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The Gift of Sargassum

I have had a plethora of "ask sandy" letters recently focusing on a single topic: We are talking major weed here. Not the kind you smoke or the kind you pull from your flower beds but the kind that dominates city council meetings and transforms our lovely beach into a challenging obstacle course. As I write this, the overabundance of seaweed - or, more precisely - Sargassum - blanketing the beaches of South Padre Island seems to have abated, though the city's handling of the problem is still inspiring some.... er, spirited discussion.

As a daily beach walker (I have dogs, I have no choice) I am interested in whatever the tides are throwing up on the beach on any given day. Sometimes its jellyfish, or tar - yuck. Sometimes its little mountains of foam or white things that look like bean sprouts. One noteworthy day it was limes. (I kid you not - I harvested all I could carry in my T-shirt, took them home and made margaritas with them. No additional salt needed.)

I won't pretend I know what causes the foam, where the nasty tar comes from or why jillions of jellyfish sometimes suddenly decide to commit mass suicide on our beaches -- though I probably could come up with multiple interesting theories for each. But thanks to the internet, I was able to discover quite a bit of information about the Sargassum that has been rolling in with the tides.

If you have ever taken a close look at the stuff, you will have noticed the little round gas-filled bladders that give it its name - "sargaco" is the Portuguese word for grapes. Most of these weeds come from the Sargasso Sea which is located in the North Atlantic but Sargassum - like Winter Texans - really likes the warm waters of the Gulf of Mexico. According to one of the articles I read, the Gulf of Mexico is second only to the Sargasso Sea in the quantity of Sargassum weed.

Now here is a fascinating fact to throw out at the next Merry Martini bash: Sargassum reproduces asexually without seeds. That means that it just floats around all day making more of itself. And when wave action breaks off a piece, that piece just floats around making more of itself as well. One source I looked at reckoned there is about 7 million tons of the stuff floating around the planet, and anyone who has been here at all over the last month - and especially the mighty warriors from the public works department who have been doing battle with it - already knows that a whole bunch of those tons ended up on our beaches recently.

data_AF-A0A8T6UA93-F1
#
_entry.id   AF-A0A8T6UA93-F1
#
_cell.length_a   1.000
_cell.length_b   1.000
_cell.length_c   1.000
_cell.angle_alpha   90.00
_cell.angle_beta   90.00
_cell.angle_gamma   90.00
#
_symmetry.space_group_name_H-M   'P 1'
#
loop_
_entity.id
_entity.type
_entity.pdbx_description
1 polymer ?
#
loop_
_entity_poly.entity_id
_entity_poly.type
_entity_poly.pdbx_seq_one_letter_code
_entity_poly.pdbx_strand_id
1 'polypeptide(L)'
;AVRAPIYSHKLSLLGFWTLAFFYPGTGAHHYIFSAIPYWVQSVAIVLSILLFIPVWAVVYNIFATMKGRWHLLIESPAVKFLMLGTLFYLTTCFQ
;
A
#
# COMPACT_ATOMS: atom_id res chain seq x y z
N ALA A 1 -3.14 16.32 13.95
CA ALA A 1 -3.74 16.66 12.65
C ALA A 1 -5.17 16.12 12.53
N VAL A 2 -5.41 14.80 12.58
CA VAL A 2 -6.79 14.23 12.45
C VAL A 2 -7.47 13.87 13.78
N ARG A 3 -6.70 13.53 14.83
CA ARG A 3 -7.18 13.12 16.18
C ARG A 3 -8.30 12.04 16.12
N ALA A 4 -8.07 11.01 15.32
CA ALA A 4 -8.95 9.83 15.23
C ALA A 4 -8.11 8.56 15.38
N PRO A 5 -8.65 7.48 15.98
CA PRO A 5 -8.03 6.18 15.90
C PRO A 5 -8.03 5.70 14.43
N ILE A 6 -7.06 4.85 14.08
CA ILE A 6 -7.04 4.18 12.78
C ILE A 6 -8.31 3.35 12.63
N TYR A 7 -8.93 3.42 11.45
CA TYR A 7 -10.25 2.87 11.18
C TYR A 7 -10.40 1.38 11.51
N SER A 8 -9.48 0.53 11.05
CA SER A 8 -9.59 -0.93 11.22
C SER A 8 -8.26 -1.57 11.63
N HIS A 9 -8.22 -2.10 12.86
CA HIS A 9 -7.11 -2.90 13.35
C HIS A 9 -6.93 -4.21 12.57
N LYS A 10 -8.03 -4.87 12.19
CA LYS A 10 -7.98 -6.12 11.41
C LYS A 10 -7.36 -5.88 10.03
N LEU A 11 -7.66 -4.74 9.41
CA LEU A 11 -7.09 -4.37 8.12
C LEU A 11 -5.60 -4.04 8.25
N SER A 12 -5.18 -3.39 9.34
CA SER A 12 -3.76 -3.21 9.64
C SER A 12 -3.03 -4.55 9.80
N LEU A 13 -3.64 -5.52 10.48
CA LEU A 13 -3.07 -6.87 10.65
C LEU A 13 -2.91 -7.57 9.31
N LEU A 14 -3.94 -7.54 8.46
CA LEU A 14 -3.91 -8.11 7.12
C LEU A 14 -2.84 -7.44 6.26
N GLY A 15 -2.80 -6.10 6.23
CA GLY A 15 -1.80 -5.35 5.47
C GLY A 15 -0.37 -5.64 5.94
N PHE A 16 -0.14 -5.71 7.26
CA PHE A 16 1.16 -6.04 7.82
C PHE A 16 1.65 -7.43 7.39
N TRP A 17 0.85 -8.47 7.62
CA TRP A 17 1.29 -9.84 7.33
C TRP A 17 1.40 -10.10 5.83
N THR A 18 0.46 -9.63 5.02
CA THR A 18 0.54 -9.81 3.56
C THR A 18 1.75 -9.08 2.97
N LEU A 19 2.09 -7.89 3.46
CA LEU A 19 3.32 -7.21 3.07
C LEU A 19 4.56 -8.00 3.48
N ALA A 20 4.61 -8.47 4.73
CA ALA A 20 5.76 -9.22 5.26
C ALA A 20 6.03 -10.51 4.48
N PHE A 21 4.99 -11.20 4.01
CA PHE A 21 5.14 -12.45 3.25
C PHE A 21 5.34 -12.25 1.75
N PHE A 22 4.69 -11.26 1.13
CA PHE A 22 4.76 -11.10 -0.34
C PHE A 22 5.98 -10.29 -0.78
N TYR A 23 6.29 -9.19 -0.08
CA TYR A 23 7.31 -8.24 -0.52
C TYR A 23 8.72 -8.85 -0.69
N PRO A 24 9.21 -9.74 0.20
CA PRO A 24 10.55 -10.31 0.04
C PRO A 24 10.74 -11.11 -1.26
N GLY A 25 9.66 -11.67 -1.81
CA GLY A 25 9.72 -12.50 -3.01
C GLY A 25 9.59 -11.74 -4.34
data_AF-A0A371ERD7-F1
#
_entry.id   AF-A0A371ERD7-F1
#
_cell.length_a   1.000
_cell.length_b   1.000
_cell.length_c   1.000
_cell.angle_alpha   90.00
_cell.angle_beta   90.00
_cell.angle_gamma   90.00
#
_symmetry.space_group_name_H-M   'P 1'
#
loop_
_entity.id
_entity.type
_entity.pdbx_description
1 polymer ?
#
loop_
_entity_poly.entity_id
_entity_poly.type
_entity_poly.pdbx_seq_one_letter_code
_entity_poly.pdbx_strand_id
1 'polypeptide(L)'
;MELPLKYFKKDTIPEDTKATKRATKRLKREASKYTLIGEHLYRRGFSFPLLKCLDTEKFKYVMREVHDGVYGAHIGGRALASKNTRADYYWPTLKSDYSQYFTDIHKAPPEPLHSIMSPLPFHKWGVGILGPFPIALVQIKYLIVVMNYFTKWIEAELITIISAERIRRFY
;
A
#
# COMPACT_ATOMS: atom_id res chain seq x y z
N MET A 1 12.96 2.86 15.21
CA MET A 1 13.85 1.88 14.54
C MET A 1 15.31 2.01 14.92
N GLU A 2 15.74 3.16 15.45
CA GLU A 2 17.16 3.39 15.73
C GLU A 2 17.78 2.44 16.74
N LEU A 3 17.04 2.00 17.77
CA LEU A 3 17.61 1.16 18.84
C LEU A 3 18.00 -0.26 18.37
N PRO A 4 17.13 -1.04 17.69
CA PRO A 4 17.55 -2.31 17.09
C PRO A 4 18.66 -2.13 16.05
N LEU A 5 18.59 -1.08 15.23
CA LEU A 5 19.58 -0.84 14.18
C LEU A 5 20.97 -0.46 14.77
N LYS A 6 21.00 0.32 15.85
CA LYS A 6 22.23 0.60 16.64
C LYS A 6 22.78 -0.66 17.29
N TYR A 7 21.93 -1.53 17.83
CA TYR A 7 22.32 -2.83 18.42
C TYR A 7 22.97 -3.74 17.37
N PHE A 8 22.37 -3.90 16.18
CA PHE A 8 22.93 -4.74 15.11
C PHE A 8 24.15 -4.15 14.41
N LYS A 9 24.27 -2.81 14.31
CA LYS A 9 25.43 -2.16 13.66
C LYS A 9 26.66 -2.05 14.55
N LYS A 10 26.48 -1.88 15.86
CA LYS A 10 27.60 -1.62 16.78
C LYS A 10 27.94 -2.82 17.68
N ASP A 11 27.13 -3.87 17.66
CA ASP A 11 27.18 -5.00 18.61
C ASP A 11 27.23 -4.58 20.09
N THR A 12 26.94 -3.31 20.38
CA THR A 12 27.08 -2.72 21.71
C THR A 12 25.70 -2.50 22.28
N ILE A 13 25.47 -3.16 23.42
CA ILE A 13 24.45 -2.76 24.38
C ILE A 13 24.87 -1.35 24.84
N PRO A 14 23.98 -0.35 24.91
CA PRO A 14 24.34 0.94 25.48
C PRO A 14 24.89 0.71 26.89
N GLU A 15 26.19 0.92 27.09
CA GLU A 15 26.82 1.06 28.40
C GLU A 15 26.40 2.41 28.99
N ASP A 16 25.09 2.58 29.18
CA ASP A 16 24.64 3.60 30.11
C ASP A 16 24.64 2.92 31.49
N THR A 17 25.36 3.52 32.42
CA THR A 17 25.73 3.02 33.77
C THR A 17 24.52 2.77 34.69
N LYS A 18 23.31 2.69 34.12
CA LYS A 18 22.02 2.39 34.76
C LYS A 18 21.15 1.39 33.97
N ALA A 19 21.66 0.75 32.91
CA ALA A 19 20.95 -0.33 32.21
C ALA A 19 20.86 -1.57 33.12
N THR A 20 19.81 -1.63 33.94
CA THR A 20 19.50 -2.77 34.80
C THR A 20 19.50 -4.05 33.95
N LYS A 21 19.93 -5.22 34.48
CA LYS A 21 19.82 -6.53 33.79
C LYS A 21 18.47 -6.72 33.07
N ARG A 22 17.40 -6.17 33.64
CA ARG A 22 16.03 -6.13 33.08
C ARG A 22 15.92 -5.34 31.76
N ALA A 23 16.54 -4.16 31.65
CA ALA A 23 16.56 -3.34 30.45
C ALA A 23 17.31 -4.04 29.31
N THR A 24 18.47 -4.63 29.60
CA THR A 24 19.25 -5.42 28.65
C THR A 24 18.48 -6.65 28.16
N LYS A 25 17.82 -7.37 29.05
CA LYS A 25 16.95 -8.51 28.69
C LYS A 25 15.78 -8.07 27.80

The weed is a floating hotel to jillions of tiny critters, many of which have cleverly evolved to look a lot like the weed itself. When the stuff washes up on the beach, all those critters die and start to decompose. This does not look or smell pretty, causing offense to tourists and much hand wringing amongst local business owners who in turn command city workers to bring out the heavy artillery. I find it interesting that many of the same people who want to declare war on the beach erosion problem are the very same people who want to declare war on Sargassum, which according to everything I have read is a fine and natural way to protect and build up beaches. (I think that the first thing to be lost when the handwringing thing starts is one's sense of irony. )

But what do I know? I am but a humble sand sculptor with a fast internet connection and an inquisitive mind. I do know one thing: when the Sargassum and its critters decompose - a process that takes less time than one might imagine - it turns the sand black with some lovely silty stuff that smells kinda funny, yes but allows me and my fellow sculptors to build very large, marbled structures that can keep us entertained for hours. The weed enhances the sand while shoring up eroding beaches and it's all free!

Anyway, the Sargassum problem may have resolved itself -- for now. But there can be no doubt that it will rear it's rusty gold head once again in the not-so-distant future. Speaking strictly for myself, I find a month of Sargassum preferable to a month of ugly pipe spewing black stuff all over the beach - but what do YOU think? I have posted a net poll on this topic at www.SPIonline.com so please feel free to stop by and express yourself.

There are five (5) ways to submit your questions/comments for future Ask Sandy columns: In person; by phone (761-6222) or fax (761-8930); the US Postal System (box 2694,spi,78597) and E-mail: (sandyfeet@unlitter.com). Visit my web-site (http://spionline.com/) for tips on sandcastling, contest info, recent Ask Sandy columns, and my reviews of local businesses.

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